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New Mexico State Symbol

As is familiar to anyone with a smartphone, Google photos sent me a “rediscover this day” tag last week with photos from our New Mexico road trip in July 2015. My parents were visiting us that summer. We drove to Albuquerque with them to meet friends, enjoy some family time together and explore the splendor of Albuquerque.

As its name attests, New Mexico is the Land of Enchantment to me. I have always been drawn to its mountains, the color of its earth, the shape of the adobes, the history of the land, its deep cultural vibe and of course, its food.

Our first day in Albuquerque, we went to Sandia Peak Tramway early in the morning. Situated in the Cibola National Forest on the eastern edge of Albuquerque, the Sandia Peak tramway climbs to over 10000 feet to provide stunning vistas of the surrounding terrain. It was a sunny morning as we approached but as we purchased tickets and waited for our turn to board the tram, the weather started changing. By the time we reached the deck up top, it had started drizzling. And then there was a heavy downpour that just wouldn’t stop. Beyond the main enclosure, the deck offered no protection from the rain and the temperature was dropping quickly at that elevation. We were ill prepared for both the rain and the cold. But the glorious views of the canyon and valley beckoned. Eventually, with the rain slowing a little, we made our way to the deck to get as much of a view as we could. And the scenery didn’t disappoint!

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Entrance to Sandia Peak Tramway

Later on in the day, we also made our way to the Petroglyph National Monument, only a short drive from our friends’ home. We were surprised that this monument was surrounded by several residential neighborhoods. And yet, it seemed to be secreted away once one reached the trails. There are four trails in this Monument, with three trails allowing access to petroglyphs (Boca Negra, Rinconada, Piedras Marcadas Canyon). The last one, Volcanoes Day Use area has trails but no petroglyphs.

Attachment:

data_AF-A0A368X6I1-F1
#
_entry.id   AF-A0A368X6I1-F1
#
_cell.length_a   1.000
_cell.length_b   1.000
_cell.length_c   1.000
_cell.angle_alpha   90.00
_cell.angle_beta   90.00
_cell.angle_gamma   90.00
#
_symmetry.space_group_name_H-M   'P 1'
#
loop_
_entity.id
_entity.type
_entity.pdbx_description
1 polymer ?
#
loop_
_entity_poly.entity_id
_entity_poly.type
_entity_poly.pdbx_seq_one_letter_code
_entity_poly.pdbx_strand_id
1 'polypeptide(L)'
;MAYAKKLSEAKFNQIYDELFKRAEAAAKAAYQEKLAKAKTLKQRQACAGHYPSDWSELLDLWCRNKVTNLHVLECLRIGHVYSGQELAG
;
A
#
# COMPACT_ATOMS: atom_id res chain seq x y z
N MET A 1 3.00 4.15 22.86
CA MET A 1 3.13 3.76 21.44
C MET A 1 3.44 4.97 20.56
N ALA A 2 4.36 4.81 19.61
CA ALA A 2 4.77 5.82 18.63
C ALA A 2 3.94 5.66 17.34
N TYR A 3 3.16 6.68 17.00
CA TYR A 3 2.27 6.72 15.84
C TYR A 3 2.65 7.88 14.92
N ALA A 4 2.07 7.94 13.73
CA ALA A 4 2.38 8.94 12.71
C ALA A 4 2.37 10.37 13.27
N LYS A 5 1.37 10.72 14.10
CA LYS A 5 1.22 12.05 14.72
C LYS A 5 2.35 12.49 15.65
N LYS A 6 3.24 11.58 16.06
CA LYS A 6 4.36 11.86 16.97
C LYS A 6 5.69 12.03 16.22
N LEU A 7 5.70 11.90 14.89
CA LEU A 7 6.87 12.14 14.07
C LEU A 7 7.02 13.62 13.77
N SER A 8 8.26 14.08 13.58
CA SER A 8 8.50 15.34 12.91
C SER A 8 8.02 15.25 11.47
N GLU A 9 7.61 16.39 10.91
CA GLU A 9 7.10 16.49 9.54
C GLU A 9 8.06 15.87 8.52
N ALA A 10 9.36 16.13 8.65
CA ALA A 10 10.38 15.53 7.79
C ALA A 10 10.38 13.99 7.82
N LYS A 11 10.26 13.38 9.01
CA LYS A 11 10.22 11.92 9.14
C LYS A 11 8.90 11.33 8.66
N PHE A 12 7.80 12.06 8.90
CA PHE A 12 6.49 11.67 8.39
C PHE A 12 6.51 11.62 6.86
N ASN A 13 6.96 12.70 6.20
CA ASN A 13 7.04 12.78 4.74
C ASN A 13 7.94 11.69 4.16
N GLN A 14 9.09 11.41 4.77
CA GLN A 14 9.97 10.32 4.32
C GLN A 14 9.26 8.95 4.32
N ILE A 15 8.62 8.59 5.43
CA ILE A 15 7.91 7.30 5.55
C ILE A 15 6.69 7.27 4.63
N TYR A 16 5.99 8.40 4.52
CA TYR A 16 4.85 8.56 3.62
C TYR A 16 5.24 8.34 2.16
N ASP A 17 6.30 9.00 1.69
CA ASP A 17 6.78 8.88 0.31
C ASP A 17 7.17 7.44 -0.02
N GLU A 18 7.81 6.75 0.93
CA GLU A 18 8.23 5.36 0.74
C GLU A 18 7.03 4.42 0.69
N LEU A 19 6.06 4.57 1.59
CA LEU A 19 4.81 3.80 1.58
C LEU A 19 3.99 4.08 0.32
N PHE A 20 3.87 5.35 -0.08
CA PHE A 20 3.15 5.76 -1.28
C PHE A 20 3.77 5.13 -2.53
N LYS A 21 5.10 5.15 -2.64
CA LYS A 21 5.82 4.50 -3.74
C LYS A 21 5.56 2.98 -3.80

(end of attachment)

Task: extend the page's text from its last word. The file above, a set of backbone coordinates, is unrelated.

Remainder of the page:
Our trip led us to the Piedras Marcadas Canyon trail (“marked rocks” as named by Spanish settlers) where about 300 different petroglyphs can be seen. The trail was not very strenuous and my parents were able to walk the whole 1.5 mile trail. There is a lot to see, to admire and to ponder along the trail and we did, exclaiming in delight as we came across yet another petroglyph.

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Petroglyph at Piedras Marcadas Canyon

The volcanic landscape of this canyon with its black basalt rocks contrasts with the yellow-brown sandy trail and the greenery of the whispering bush. Its said that the ancient Puebloans who lived here about 600-700 years ago, carved the outer layer of the basalt rocks using stone tools, etching various images and designs. They are thought to have spiritual and cultural significance.

The trail did not have any restrooms. We were lucky to have worn sturdy footwear and since it was before sunset, the weather was pleasant and very conducive for a trail hike.

Enjoy some of our photos from our July 2015 Albuquerque trip, thanks to inspiration from Google photos.

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Darkening skies at Sandia Peak 
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View from Sandia Peak observation deck
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View from Sandia Peak observation deck
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View from Sandia Peak observation deck
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View from Sandia Peak observation deck

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Petroglyphs at Piedras Marcadas Canyon
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Petroglyphs at Piedras Marcadas Canyon
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Petroglyphs at Piedras Marcadas Canyon
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Petroglyphs at Piedras Marcadas Canyon
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Piedras Marcadas Canyon landscape

Read more about the Sandia Peak Tramway.

Explore or plan a visit to the Petroglyph National Monument.

If I were to visit again, I would go prepared with extra layers for Sandia Peak and perhaps, an umbrella. And consider doing a trail hike in the area. As for the petroglyphs, a bathroom break before the trail, water and good hiking shoes are a must.

All in all, a fine day in Albuquerque!